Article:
Opinion / Blog

Do you love your culture?

By seanboyce88 ( Updated: 2015-06-16 16:52

And then there are subcultures, cultures within cultures of which you yourself are aware of yet others around you are oblivious to. We have the bar scene in Harbin, where you can see the same people every week without fail, all partaking in a very western form of drinking. We have the modern Chinese hiphop culture with kids meeting on the streets to have dance offs like they see in movies such as Step Up, shaking hands with a bro hug, a symbol of their own personal culture. We have a strong Islamic presence here, a culture imported from the north west and very isolated, always talking in small groups, we have geek culture, with the small manga shops being filled with kids who have a love of all things Japanese sporting their own funky looks based on anime, big hair to be seen all over, board game shops for those who love to relax with some hard thinking and even a dungeons and dragons scene where many jokes amongst the group become private to the shared group. This is simply because culture is the sum product of our shared experience amongst our small groups of friends and community, we cannot share our experience with everyone in China. 

I often hear requests of "I wish to learn of other cultures, teach me your culture..." and I simply do not know how to answer, I feel like trying to explain what pork tastes like to a devout Muslim. If you have never tried it, it's almost impossible to experience its flavour from description alone. Culture is the same, it cannot be learned or described but simply experienced. In my own culture back home, we have a strong geek culture within our group of friends. You drop a fork at dinner, and you will get a reply along the lines of "Haha did you roll a one?" Unless you have any experience of a pen and paper roleplaying game, you simply will not get our cultural humour.  I cannot begin to explain Scottish culture as my experience of it and others is entirely different from everyone else. Football for many is a big part of this supposed Scottish macro culture, and yet I simply do not watch it nor care what happens. How can I then even begin to explain my culture in an objective way when I myself do not fully understand the tribalism that encompasses Scottish football?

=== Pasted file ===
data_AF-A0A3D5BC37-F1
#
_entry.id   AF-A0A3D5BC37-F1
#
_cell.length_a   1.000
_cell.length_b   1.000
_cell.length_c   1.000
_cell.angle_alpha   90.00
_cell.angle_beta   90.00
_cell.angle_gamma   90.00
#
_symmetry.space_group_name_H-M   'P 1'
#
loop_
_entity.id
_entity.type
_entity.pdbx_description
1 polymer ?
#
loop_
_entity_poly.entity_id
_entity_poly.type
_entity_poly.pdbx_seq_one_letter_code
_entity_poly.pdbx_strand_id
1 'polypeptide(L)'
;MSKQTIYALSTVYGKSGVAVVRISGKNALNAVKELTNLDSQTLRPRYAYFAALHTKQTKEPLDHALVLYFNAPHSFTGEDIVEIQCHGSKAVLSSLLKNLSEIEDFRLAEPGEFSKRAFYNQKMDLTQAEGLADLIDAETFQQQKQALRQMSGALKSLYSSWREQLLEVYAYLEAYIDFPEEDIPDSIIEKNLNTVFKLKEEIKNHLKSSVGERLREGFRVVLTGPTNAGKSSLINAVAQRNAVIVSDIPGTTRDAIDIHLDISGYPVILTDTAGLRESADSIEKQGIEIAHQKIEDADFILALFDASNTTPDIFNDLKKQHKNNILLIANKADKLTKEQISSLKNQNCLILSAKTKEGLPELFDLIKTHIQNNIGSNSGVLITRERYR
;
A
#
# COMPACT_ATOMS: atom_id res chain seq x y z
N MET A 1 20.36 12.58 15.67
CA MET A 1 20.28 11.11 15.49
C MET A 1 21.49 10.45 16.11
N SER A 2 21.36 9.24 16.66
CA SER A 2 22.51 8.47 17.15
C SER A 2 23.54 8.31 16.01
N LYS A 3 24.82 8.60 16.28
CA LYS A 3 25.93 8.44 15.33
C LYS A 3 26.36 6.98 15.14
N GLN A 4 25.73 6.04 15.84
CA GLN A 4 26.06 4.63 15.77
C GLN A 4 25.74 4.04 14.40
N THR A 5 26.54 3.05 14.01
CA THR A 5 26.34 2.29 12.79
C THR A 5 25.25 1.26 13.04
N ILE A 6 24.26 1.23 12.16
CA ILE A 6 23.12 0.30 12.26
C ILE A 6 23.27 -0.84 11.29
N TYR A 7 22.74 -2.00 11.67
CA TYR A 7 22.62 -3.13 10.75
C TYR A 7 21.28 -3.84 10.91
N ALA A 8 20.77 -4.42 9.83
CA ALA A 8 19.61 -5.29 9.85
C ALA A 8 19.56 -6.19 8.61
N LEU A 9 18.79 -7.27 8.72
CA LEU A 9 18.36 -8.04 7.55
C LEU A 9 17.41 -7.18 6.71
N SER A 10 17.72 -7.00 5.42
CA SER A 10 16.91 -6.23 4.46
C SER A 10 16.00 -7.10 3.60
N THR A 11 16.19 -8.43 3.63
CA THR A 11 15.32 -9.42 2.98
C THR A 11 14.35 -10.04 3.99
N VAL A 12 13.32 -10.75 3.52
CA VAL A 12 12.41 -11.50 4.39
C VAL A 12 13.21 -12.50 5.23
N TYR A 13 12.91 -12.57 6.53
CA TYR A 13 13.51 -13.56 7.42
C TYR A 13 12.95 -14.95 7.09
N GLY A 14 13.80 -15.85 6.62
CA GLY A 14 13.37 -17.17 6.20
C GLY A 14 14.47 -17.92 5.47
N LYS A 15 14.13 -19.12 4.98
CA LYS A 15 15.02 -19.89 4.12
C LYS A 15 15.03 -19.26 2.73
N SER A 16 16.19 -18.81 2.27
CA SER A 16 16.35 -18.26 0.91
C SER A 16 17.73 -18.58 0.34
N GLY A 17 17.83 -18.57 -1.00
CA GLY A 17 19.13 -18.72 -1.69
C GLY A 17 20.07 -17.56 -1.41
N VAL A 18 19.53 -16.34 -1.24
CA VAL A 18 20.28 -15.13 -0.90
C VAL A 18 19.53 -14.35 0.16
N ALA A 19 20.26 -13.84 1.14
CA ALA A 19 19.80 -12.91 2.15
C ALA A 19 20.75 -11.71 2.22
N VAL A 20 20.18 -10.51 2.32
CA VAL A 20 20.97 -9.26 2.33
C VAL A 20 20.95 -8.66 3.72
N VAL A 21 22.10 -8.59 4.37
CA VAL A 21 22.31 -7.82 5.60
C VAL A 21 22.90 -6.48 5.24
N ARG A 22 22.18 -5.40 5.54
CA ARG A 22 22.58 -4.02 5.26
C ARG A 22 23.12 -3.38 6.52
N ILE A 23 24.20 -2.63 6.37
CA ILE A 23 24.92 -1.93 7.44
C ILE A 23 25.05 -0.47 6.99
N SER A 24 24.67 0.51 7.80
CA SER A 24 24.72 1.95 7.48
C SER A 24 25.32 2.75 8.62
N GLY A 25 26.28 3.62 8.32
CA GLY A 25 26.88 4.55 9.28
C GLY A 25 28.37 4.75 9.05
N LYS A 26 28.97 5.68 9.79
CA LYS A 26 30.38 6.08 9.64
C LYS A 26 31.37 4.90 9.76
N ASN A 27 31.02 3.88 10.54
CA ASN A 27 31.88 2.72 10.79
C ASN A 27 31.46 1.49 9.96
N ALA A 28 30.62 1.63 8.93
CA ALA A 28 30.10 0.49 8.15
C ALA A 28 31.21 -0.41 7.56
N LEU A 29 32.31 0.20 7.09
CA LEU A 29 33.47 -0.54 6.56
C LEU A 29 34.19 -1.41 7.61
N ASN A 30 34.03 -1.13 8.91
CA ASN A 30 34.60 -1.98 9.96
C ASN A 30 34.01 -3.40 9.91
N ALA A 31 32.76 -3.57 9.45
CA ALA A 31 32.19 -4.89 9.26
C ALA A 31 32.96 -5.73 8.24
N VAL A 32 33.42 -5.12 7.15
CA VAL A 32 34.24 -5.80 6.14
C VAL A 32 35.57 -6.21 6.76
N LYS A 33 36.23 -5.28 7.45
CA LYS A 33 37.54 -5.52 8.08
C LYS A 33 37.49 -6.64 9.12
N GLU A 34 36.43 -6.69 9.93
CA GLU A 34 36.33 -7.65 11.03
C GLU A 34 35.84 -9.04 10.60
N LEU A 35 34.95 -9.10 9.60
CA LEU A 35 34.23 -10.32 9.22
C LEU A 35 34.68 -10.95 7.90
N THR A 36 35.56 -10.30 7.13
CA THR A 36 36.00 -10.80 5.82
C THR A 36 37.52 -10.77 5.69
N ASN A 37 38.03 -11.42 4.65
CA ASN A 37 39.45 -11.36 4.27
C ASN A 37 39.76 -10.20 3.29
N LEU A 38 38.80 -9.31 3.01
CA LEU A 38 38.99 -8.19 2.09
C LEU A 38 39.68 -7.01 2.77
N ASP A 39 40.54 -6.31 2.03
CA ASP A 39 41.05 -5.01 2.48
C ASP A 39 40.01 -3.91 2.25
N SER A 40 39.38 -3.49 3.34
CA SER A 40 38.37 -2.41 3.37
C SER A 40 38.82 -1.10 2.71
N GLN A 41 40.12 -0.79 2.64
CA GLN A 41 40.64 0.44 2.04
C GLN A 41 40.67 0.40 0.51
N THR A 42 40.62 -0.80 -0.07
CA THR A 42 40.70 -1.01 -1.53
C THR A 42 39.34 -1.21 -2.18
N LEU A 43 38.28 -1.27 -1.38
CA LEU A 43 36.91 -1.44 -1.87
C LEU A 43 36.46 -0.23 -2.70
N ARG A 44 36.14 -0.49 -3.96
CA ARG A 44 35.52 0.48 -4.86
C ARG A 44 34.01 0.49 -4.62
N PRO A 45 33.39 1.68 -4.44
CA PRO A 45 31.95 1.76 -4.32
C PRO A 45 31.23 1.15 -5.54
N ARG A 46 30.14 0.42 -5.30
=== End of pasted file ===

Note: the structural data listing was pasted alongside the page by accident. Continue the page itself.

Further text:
In this very same way, culture is not possible to learn from your books. I hear so often "You British are all gentlemen" and yet the reality is so far from the assumption. The books on British culture are so unbearably shallow, superficial and historical that they don't even begin to explain as to what is modern British culture. Think of modern Chinese culture, what is it? For me there are good and bad aspects, one that instantly comes to mind is the culture of mobile phones and eating. Your grandparents probably wouldn't dare bring a phone to the table deeming it rude, yet this is a massive part of modern Chinese youth culture, one that I haven't seen anywhere in any textbook on Chinese culture. Culture is malleable, it changes day to day and so your textbook is out of date as soon as it hits the shelf. All you learn from your textbook is historical culture and it is nothing but a very bad representation as to what your current culture is....

So, next time you decide to tell a foreigner "they don't understand the culture", is this really true or just a bad excuse to try and win a debate you are clearly losing? Go push your "I win" button in the debate, but it's getting old and the only one who is convinced is yourself. 

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